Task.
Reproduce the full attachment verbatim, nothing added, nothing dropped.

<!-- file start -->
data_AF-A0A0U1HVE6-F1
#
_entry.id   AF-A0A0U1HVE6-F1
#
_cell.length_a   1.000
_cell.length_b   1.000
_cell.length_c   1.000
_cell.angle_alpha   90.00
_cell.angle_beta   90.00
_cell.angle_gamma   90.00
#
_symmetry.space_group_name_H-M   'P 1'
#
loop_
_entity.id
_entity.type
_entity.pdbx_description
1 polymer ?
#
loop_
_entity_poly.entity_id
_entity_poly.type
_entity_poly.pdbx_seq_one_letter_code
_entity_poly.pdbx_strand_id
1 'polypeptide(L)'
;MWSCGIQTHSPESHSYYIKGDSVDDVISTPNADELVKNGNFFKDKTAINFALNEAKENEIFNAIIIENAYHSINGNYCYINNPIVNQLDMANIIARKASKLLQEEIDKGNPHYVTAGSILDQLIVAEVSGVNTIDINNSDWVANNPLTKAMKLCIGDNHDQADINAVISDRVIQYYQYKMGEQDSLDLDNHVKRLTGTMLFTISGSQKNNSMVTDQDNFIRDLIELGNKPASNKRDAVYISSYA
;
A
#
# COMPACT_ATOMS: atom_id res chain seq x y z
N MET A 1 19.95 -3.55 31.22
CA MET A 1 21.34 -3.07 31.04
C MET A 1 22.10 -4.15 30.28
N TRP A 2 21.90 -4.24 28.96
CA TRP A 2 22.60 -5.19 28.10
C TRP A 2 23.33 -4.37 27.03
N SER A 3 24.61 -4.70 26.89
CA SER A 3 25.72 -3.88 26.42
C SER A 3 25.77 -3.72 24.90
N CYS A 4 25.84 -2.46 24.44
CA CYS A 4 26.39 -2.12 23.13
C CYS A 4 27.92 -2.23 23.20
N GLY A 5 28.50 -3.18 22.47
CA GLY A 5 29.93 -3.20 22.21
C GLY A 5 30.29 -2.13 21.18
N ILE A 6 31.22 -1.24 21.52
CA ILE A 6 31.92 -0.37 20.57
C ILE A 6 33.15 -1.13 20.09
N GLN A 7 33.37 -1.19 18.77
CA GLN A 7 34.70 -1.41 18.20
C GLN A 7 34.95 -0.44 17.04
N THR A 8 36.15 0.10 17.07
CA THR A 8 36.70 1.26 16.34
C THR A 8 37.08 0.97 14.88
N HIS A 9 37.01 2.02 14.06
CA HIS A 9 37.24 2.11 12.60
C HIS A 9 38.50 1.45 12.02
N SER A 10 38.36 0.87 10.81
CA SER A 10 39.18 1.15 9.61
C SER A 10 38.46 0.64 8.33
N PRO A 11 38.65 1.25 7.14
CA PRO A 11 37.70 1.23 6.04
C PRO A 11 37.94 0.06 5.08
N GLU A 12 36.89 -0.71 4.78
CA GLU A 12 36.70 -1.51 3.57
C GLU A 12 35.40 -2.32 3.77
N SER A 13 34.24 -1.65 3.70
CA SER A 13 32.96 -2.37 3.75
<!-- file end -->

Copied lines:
data_AF-A0A0U1HVE6-F1
#
_entry.id   AF-A0A0U1HVE6-F1
#
_cell.length_a   1.000
_cell.length_b   1.000
_cell.length_c   1.000
_cell.angle_alpha   90.00
_cell.angle_beta   90.00
_cell.angle_gamma   90.00
#
_symmetry.space_group_name_H-M   'P 1'
#
loop_
_entity.id
_entity.type
_entity.pdbx_description
1 polymer ?
#
loop_
_entity_poly.entity_id
_entity_poly.type
_entity_poly.pdbx_seq_one_letter_code
_entity_poly.pdbx_strand_id
1 'polypeptide(L)'
;MWSCGIQTHSPESHSYYIKGDSVDDVISTPNADELVKNGNFFKDKTAINFALNEAKENEIFNAIIIENAYHSINGNYCYINNPIVNQLDMANIIARKASKLLQEEIDKGNPHYVTAGSILDQLIVAEVSGVNTIDINNSDWVANNPLTKAMKLCIGDNHDQADINAVISDRVIQYYQYKMGEQDSLDLDNHVKRLTGTMLFTISGSQKNNSMVTDQDNFIRDLIELGNKPASNKRDAVYISSYA
;
A
#
# COMPACT_ATOMS: atom_id res chain seq x y z
N MET A 1 19.95 -3.55 31.22
CA MET A 1 21.34 -3.07 31.04
C MET A 1 22.10 -4.15 30.28
N TRP A 2 21.90 -4.24 28.96
CA TRP A 2 22.60 -5.19 28.10
C TRP A 2 23.33 -4.37 27.03
N SER A 3 24.61 -4.70 26.89
CA SER A 3 25.72 -3.88 26.42
C SER A 3 25.77 -3.72 24.90
N CYS A 4 25.84 -2.46 24.44
CA CYS A 4 26.39 -2.12 23.13
C CYS A 4 27.92 -2.23 23.20
N GLY A 5 28.50 -3.18 22.47
CA GLY A 5 29.93 -3.20 22.21
C GLY A 5 30.29 -2.13 21.18
N ILE A 6 31.22 -1.24 21.52
CA ILE A 6 31.92 -0.37 20.57
C ILE A 6 33.15 -1.13 20.09
N GLN A 7 33.37 -1.19 18.77
CA GLN A 7 34.70 -1.41 18.20
C GLN A 7 34.95 -0.44 17.04
N THR A 8 36.15 0.10 17.07
CA THR A 8 36.70 1.26 16.34
C THR A 8 37.08 0.97 14.88
N HIS A 9 37.01 2.02 14.06
CA HIS A 9 37.24 2.11 12.60
C HIS A 9 38.50 1.45 12.02
N SER A 10 38.36 0.87 10.81
CA SER A 10 39.18 1.15 9.61
C SER A 10 38.46 0.64 8.33
N PRO A 11 38.65 1.25 7.14
CA PRO A 11 37.70 1.23 6.04
C PRO A 11 37.94 0.06 5.08
N GLU A 12 36.89 -0.71 4.78
CA GLU A 12 36.70 -1.51 3.57
C GLU A 12 35.40 -2.32 3.77
N SER A 13 34.24 -1.65 3.70
CA SER A 13 32.96 -2.37 3.75